Friday, December 22, 2006

Hard Times At Maytag: Deja Vu All Over Again?

Today's the last day on the job for 200 soon-to-be-former Maytag workers in Newton. It is reported that the plant will be completely closed by the end of 2007. The story's eerily similar to my own.

In my case, I knew for better than two years my time was coming. I stopped spending money, paid off my bills, worked all the overtime I could get, and banked close to $20,000.

The outcome in Newton has been written large on the wall for all the worker bees to see for several years now, as one disastrous 'management' team after another contrived to make it ever less likely that Maytag could recover its fortunes. Ralph Hake, it seems, was brought in only to preside at the funeral.

Maytag was acquired by rival Whirlpool in a deal that smells as bad as the acquisition of Douglas by Boeing....the deal served two purposes. First of all, there was the satisfaction of eliminating a hated competitor, and second, the capacity was taken out of production, so that anyone with the idea of building appliances in the heartland doesn't get a shot at a turnkey operation.

Any way you slice it, however, Maytag was not going to survive in its present form, and that's been there for all to see for at least five or six years.

Folks, it's over.

It didn't kill me and it won't kill you. In fact, it brought me to a more satisfying place in life, even if the debt load for the education I got is taking most of my spare change and I'll never be able to retire.

Sell the Harley and the bass boat because you didn't need them to survive and you don't need them now. Make and mend or do without. Start using the brains that G-d gave you-you know, that three pounds of grey tissue that you checked at the door when you signed on at Maytag, because you didn't need it to work there.

Don't bother envying your neighbors who were lucky enough to retire a few years ago on juicy pensions. Unless I'm very wrong, their time is coming too. G-d didn't promise you an easy life, just the ability to survive nearly anything.

Wednesday, December 20, 2006

Last Minute Reprieve Ordered For A380? UPDATE

Bloomberg reports this afternoon that Qantas has converted eight options for A380s to orders. This brings their total ordered to 166. This is a welcome piece of news along with the good news from Singapore Airlines, and no doubt there are a few glasses being raised in the bars across the street from the Airbus plant in Toulouse.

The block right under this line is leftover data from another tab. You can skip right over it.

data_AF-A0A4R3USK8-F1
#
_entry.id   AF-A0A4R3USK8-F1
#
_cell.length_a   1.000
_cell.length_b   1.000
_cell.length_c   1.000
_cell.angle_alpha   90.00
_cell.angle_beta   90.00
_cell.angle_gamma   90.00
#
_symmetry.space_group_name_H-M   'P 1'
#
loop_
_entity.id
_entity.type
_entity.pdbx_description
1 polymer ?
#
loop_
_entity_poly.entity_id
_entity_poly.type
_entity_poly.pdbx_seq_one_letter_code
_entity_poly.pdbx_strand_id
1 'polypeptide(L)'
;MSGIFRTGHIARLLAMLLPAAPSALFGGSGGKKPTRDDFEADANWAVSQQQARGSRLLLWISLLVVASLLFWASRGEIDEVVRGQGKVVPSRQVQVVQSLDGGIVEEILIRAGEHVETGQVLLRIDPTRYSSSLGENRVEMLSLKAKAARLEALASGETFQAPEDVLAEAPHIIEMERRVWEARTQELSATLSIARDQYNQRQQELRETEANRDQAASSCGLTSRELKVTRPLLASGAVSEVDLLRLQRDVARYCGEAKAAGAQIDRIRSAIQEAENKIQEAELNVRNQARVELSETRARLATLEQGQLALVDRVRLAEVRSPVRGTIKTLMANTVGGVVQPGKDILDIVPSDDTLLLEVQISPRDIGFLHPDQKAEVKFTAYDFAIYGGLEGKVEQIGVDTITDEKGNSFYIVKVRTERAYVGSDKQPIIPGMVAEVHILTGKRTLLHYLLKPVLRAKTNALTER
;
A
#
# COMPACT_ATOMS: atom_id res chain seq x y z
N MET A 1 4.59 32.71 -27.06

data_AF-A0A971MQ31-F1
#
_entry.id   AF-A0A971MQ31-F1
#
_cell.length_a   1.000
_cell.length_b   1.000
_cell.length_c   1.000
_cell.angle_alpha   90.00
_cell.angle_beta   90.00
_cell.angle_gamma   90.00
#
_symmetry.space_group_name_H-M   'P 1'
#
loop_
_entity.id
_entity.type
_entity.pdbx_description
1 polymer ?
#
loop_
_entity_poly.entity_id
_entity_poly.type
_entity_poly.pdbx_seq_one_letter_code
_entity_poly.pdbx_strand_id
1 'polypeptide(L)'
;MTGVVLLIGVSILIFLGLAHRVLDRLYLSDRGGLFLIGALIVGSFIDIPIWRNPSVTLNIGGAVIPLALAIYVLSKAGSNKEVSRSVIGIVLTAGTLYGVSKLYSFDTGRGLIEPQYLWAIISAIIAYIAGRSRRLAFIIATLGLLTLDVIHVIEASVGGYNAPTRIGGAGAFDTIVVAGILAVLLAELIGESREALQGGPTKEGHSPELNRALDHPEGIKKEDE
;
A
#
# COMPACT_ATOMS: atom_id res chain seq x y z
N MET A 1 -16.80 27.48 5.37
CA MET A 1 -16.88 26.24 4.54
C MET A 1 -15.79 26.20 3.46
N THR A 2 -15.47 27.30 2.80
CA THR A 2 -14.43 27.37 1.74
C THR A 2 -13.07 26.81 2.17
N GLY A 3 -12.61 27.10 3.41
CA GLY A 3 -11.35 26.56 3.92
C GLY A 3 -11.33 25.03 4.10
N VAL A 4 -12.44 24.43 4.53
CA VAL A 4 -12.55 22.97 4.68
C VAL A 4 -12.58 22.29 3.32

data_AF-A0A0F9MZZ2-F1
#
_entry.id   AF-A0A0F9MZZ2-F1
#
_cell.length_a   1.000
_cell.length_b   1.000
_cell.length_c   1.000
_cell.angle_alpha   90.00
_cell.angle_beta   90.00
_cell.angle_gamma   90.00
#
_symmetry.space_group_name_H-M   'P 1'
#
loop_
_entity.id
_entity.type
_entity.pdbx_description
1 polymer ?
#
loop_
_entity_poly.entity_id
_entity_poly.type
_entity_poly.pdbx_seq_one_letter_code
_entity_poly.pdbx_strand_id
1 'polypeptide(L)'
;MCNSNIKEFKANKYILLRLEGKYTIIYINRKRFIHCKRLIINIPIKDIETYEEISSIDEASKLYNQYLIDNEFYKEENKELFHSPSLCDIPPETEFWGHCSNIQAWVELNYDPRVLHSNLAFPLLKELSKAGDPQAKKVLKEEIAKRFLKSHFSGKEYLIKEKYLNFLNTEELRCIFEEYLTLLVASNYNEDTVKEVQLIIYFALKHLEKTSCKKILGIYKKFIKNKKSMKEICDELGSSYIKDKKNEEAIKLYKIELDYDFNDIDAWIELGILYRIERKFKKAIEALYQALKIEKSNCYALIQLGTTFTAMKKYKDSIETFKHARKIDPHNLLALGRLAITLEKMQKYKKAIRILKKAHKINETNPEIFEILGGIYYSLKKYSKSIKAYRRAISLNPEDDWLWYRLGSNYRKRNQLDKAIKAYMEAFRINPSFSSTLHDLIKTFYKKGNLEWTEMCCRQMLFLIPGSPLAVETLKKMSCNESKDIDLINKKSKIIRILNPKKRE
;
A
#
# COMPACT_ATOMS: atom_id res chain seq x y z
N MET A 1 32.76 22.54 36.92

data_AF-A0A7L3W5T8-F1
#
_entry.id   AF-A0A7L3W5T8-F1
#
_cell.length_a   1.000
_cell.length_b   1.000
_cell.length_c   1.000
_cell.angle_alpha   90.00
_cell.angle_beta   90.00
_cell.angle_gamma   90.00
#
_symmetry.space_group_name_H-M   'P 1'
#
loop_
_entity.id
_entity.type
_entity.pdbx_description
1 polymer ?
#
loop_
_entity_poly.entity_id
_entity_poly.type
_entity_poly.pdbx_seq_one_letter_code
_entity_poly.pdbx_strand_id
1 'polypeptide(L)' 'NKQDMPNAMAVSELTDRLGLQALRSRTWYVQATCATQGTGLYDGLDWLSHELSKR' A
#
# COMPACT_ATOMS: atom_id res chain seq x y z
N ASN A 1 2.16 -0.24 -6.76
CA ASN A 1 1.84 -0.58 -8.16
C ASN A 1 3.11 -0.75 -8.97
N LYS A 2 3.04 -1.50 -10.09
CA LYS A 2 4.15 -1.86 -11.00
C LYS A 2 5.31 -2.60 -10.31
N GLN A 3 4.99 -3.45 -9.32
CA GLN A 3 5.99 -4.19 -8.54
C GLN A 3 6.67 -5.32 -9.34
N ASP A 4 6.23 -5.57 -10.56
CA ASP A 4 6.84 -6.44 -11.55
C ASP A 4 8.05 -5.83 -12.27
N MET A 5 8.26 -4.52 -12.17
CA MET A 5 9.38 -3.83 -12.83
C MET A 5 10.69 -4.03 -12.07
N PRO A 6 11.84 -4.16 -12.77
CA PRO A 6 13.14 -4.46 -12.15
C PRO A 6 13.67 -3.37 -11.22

However, it is, as people say, a long way to Tipperary, and it is also a long way towards the break even point for the program which is said to be 420 frames more or less. What we've seen the last few days is not, as one might say, new customers, but rather the confirmation of already committed buyers. It is thus not unequivocally great news, although welcome.

As this is the first substantial move in the right direction for the program since 2005, one wonders where the additional 250 orders are going to come from. They certainly can't come out of options that aren't spoken for as yet.

Bloomberg is reporting this morning that Singapore Airlines has ordered an additional nine A380 aircraft from Airbus. According to the report, this follows an initial commitment made in July for the aircraft and it includes a further six options.

Up in the Idle Speculation Department, we're wondering whether this accounts for all or most of the long lead items that were contracted for in the recently cancelled Federal Express order. When aircraft manufacturers decide to build an airplane, contracts are placed for so called 'long lead items', which are parts that may take two or three years to complete. This could include things like landing gear, avionics, and major structural components.

As I recall, JAT had ordered two MD11s when I was at Douglas, and then Yugoslavia disappeared when the aircraft were about fifty per cent complete. No problem. They were sold to American Airlines at a nice discount, the rework drawings were produced to modify the avionics and interior packages to AA standard, the parts were produced and the aircraft were delivered more or less on schedule.

Thursday, December 14, 2006

And Now, For Something Completely Different

It's been widely reported that Turkish Airlines workers celebrated the return of their 100th Avro RJ100 aircraft by sacrificing a camel and having an old fashioned hoedown and barbecue on the flight ramp, to the mortification of bystanders.

Well. Let me tell you. Although folks outside the brotherhood are shocked, I can say there have been times when I thought a barbecue was appropriate when the shop had finally gotten rid of some really obnoxious hangar queen. I'm thinking of a Piper P-Navajo in particular that could never stay fixed, and there have been others, not the least of which was the Canadair CL600 Challenger that I spent a week inside the fuel tanks of. I was glad to see that bitch leave, and it was enough to make me quit my job at Atlantic Aviation.

So fellow knuckledraggers, stoke up the coals and set a place for me at the table. I am with you.

Wednesday, December 13, 2006

Oantas to be Acquired By Something Or Other

The Financial Times tells us this afternoon that Qantas, the Australian flag carrier, is set to announce that it will be acquired by a consortium in something of a leveraged buyout. That is, a substantial chunk of the money that will be used to acquire the airline will be in the form of bonds secured by the assets of Qantas-primarily aircraft.